Thinly sliced: Is it…the Scallopocalypse?

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At least they don’t have opposable thumbs. “They have come close to harming my family and friends, ruined my cars, trashed my yard and much more,” says a former professional baseball player, weighing in sans hyperbole on some good ol’ New Jersey drama. The villains? Wild turkeys! In the idyllic (needs verification) town of Toms River, turkey gangs have taken to roaming the streets, causing mischief and scouring for snacks. Apparently they’ve started knocking on doors, and the Times is on it!

The thinnest slice. We are now making meat out of thin air. Well, it’s not meat, exactly—it’s a flavorless, flour-like powder that could, theoretically, be turned into something that looks and tastes like a chunk of chicken. And it’s not thin air, either—it’s microbes that convert carbon dioxide into protein. Other companies are relying on this fermentation process to make fish food, The San Francisco Chronicle reports.

Where have all the scallops gone? No, they weren’t all sacrificed for Kylie Jenner’s Halloween costume. But there’s no denying it’s a bad year for the shellfish: First, the bay scallops off New York’s Long Island bit the bubbles, possibly because of warm water temperatures. And now, Bloomberg reports a large Chinese seafood supplier says 80 percent of its scallops, valued at $43 million, have mysteriously died. What happened to them is not yet known, though Bloomberg flags that this company has been dragged for declining scallop output in the past.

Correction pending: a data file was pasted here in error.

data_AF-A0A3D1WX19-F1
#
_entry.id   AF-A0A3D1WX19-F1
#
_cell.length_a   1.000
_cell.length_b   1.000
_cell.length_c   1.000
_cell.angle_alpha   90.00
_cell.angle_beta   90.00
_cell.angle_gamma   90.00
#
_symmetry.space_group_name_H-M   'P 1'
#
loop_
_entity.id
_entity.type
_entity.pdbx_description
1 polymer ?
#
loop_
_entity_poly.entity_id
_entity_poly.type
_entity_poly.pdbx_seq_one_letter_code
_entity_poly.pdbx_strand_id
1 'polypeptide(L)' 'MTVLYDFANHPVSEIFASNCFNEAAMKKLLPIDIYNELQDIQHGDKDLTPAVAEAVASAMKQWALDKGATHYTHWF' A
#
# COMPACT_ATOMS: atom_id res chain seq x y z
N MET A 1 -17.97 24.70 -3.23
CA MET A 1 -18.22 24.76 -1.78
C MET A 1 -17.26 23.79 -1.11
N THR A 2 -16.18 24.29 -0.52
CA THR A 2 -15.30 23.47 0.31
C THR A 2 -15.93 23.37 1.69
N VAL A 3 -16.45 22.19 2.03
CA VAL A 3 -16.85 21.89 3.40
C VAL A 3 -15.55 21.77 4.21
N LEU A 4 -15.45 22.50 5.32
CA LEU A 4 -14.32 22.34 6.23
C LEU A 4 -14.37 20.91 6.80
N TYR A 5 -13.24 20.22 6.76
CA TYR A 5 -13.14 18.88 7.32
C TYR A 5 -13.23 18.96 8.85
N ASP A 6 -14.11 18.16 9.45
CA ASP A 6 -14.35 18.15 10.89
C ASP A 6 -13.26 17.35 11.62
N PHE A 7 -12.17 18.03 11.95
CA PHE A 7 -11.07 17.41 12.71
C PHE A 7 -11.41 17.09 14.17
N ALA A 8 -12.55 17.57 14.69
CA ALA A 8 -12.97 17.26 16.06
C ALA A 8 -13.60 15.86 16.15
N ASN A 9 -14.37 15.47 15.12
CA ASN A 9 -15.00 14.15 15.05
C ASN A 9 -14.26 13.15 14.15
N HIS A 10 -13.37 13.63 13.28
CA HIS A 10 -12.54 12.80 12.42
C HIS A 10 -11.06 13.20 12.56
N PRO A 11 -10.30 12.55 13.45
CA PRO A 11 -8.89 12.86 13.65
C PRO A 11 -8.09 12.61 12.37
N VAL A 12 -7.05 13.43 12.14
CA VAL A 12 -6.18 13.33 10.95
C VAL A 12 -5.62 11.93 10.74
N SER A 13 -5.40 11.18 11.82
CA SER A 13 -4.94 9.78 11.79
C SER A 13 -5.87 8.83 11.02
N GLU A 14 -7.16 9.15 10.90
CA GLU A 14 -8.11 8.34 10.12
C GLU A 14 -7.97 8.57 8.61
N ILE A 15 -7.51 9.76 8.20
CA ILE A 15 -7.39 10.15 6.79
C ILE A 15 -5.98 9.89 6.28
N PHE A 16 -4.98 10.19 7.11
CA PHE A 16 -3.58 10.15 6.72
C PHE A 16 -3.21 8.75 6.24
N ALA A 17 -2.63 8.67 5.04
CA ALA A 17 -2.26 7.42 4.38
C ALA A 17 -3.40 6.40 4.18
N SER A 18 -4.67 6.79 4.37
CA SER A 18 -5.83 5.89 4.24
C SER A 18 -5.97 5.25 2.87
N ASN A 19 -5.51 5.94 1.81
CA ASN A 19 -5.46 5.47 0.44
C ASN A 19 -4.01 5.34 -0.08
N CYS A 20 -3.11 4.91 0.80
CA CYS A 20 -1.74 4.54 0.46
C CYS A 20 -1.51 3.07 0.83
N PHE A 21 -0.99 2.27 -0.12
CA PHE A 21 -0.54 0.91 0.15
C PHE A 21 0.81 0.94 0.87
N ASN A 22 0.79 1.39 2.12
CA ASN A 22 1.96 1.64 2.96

Seedy beginnings. Coveted for its zesty flavor combination of poppy seeds, sesame seeds, dried garlic, onion, and sea salt, the origin story of the everything bagel is uncertain. That said, a sprinkling of middle-aged men are all certain they invented it. Today, the glam New York City creation is found everywhere from seasoning on breakfast fried-rice bowls to spice racks at Trader Joe’s. Taste spoke to several self-proclaimed creators to see where the flavor profile got its start.

The deadliest stalk. Little baby asparagus (asparagi?) are so cute and cuddly, but then they grow up to destroy the planet. Perhaps that’s a bit dramatic, but it turns out that, amongst its veggie brethren, asparagus bears a significantly higher carbon footprint (six times higher than avocado, the next produce item on the list). At National Geographic, Tamar Haspel digs in to some of the factors in its outsize impact, and it largely comes down to one thing: Air transportation, the preferred mode of transport for off-season asparagus.

(Ed. Note: This article was actually published in 2016 but was seen making the rounds on social media this week.)

The Counter Stories by our editors.